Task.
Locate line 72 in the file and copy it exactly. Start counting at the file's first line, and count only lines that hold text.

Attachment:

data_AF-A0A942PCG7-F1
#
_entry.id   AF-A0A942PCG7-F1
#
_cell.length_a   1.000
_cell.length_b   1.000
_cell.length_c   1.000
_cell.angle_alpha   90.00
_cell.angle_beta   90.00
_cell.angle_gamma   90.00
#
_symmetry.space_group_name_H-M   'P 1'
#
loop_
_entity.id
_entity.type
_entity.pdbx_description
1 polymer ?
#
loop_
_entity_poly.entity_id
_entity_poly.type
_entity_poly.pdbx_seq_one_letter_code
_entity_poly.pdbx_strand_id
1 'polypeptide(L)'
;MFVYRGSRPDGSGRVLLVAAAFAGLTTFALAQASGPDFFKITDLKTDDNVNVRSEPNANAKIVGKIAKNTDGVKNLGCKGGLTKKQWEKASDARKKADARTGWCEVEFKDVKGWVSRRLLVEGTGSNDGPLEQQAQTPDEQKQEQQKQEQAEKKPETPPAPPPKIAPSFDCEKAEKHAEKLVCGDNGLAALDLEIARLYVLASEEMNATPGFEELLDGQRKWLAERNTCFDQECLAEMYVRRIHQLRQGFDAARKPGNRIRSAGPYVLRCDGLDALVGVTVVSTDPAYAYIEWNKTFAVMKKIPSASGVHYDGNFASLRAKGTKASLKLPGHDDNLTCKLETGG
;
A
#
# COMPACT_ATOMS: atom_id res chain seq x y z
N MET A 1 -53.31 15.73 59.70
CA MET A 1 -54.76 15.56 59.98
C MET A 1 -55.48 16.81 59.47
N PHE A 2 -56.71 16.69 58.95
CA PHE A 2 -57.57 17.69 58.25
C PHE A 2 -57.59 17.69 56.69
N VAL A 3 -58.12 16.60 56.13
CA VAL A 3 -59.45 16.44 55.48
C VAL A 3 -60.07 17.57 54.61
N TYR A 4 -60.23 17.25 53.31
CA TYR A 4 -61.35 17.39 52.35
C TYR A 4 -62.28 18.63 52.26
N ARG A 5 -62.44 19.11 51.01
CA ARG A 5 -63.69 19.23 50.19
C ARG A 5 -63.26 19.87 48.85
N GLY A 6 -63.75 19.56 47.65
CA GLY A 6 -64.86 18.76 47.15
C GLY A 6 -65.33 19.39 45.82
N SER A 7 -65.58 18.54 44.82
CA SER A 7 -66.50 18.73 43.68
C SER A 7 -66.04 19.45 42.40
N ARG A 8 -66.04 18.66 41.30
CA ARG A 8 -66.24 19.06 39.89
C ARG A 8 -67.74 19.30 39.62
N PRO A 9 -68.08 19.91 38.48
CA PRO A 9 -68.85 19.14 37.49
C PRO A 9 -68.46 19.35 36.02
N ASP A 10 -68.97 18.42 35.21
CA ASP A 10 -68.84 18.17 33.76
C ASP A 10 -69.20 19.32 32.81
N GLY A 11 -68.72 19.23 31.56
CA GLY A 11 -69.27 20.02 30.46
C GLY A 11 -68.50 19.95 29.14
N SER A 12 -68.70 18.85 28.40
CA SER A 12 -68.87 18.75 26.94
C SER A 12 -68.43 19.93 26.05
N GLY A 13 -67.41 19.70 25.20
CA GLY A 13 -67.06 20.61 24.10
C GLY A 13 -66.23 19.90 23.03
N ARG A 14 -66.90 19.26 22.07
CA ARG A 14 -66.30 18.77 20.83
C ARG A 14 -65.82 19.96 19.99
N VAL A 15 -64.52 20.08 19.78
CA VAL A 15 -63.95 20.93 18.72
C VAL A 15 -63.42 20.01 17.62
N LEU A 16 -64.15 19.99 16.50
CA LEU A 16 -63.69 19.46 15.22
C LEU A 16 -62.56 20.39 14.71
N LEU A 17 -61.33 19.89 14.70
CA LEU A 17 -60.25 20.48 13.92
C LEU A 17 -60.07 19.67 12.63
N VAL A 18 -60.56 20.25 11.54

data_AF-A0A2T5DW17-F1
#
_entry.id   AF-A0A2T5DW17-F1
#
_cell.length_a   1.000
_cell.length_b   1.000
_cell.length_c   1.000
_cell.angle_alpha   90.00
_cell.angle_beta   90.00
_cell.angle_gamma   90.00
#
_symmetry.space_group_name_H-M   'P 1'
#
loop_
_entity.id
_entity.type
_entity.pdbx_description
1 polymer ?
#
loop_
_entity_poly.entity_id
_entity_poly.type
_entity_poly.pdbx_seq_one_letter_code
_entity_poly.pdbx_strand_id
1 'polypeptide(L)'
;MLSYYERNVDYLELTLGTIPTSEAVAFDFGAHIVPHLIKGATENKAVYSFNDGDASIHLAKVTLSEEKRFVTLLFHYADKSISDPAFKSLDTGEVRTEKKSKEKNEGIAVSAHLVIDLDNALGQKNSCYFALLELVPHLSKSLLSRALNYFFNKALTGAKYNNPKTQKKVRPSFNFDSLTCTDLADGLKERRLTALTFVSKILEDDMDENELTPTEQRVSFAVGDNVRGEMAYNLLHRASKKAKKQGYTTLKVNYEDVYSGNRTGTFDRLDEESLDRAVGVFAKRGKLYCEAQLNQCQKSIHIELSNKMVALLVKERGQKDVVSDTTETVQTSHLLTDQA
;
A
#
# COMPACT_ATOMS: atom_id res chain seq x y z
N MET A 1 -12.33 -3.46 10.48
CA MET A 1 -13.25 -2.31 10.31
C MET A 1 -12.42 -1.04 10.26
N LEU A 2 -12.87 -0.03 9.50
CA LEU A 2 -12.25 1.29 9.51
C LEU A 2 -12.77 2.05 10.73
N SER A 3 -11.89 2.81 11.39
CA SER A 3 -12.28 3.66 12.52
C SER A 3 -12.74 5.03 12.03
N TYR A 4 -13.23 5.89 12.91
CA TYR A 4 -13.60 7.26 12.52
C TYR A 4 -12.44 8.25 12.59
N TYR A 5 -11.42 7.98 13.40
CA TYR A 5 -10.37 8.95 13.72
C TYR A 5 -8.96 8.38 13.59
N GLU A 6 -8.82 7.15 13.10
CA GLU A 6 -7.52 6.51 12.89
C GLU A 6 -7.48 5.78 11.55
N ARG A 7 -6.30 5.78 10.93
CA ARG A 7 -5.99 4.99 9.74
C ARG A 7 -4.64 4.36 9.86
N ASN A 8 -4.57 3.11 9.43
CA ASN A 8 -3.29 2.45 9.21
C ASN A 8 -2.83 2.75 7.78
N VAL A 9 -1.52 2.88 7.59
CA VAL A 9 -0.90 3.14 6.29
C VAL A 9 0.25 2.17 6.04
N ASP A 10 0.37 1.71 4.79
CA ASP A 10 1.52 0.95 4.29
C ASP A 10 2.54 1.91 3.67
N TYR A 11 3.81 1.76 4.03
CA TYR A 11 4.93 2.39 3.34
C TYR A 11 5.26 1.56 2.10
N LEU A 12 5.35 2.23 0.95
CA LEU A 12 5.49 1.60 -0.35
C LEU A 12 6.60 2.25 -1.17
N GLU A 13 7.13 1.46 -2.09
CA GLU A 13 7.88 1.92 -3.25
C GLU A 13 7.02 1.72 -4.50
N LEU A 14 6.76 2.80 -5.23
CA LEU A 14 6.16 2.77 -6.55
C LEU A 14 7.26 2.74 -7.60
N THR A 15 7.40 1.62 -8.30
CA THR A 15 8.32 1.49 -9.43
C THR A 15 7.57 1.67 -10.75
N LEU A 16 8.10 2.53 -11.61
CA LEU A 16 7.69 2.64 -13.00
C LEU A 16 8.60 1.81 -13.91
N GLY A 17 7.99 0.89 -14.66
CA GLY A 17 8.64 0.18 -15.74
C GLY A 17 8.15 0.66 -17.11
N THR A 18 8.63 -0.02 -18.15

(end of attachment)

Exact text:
C ARG A 14 -65.82 19.96 19.99